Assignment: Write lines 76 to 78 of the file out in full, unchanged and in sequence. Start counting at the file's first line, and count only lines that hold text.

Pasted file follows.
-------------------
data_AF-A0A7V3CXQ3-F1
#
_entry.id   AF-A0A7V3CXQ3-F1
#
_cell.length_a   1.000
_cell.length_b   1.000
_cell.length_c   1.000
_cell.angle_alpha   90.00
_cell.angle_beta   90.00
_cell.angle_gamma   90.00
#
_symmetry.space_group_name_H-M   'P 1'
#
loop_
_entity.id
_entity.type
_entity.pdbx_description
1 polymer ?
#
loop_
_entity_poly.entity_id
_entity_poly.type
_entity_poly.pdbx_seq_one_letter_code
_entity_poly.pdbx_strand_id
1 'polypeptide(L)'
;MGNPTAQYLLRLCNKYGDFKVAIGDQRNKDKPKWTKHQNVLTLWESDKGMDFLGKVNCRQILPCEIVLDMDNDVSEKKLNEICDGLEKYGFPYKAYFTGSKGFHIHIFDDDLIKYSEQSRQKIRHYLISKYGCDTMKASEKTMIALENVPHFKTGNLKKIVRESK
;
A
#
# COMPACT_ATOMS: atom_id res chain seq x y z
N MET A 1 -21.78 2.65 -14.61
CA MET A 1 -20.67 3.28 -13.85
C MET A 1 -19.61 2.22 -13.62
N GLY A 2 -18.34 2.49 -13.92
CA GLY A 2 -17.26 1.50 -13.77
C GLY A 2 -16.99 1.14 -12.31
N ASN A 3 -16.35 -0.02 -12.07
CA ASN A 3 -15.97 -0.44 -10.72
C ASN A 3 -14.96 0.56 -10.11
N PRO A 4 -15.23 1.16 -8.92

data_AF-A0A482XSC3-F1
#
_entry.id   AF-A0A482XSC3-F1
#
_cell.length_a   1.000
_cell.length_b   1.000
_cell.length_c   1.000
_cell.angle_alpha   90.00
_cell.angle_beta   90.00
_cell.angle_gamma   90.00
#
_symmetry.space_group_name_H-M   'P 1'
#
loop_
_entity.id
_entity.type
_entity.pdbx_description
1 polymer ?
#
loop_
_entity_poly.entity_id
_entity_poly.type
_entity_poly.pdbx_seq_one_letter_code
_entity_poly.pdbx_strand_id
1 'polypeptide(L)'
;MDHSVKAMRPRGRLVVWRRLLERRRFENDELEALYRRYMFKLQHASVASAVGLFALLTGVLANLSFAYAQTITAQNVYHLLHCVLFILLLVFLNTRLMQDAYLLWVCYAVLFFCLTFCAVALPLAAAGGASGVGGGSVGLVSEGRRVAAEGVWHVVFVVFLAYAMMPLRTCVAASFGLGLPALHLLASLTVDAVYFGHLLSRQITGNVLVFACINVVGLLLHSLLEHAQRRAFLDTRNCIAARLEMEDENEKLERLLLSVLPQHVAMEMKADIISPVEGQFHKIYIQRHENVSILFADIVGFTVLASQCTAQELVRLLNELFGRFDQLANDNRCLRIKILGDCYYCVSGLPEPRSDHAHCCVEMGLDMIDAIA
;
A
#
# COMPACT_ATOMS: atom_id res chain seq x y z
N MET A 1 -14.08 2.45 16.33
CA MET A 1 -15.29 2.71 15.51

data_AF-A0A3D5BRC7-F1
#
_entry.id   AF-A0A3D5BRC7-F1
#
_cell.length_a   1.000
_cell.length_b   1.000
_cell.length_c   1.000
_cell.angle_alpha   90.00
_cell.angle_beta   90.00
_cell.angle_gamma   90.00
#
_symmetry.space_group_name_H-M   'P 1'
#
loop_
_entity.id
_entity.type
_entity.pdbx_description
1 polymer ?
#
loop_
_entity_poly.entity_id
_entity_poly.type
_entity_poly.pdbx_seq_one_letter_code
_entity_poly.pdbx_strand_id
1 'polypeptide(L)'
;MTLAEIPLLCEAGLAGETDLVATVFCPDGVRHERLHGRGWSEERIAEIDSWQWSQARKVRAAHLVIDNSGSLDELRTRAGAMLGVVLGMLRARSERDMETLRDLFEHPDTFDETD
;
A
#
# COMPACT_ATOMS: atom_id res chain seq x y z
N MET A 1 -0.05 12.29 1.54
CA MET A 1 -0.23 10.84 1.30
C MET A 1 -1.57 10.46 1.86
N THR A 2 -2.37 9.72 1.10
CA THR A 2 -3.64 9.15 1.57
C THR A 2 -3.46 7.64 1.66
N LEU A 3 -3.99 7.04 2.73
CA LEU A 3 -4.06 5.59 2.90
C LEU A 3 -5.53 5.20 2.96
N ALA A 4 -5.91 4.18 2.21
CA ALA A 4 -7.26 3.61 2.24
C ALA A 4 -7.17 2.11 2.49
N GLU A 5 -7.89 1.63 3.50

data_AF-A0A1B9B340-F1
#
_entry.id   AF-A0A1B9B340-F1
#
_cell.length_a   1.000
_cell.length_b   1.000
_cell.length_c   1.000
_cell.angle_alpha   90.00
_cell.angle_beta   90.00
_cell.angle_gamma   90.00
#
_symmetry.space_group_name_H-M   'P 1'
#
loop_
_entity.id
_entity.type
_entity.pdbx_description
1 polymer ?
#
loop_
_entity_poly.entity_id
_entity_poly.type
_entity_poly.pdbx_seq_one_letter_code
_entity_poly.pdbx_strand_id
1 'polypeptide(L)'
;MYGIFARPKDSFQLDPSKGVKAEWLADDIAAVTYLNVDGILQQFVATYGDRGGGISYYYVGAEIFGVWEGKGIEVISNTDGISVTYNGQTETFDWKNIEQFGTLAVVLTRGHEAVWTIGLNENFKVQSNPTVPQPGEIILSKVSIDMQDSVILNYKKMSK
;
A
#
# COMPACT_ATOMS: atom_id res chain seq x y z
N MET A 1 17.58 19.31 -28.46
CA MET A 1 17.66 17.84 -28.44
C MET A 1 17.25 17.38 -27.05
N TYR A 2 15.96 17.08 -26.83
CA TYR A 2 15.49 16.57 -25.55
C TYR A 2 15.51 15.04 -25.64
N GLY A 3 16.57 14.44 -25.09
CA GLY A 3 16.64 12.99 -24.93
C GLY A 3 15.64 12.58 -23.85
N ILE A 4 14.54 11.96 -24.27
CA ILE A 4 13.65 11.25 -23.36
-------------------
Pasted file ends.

#
_cell.length_a   1.000
_cell.length_b   1.000